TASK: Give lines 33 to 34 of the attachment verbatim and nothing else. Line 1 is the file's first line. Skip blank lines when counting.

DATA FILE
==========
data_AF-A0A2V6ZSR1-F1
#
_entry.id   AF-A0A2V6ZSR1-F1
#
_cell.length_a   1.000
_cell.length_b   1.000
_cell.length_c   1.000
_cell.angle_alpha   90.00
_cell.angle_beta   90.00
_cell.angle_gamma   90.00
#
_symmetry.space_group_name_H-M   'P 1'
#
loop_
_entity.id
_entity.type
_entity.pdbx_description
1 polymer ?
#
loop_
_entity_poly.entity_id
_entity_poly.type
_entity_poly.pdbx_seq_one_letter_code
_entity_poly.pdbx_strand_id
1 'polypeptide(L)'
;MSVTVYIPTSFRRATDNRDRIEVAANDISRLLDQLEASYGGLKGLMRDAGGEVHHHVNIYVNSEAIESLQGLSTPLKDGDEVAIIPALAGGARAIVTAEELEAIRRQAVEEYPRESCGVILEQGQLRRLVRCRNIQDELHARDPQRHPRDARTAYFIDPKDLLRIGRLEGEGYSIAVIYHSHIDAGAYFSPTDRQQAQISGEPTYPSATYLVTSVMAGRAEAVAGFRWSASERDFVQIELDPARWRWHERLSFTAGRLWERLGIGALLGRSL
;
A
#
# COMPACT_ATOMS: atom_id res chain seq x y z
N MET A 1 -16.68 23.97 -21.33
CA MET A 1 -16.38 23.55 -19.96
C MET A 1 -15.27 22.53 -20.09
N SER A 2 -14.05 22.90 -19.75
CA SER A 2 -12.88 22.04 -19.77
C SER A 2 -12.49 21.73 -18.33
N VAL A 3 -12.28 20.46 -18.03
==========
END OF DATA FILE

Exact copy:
C MET A 1 -15.27 22.53 -20.09
N SER A 2 -14.05 22.90 -19.75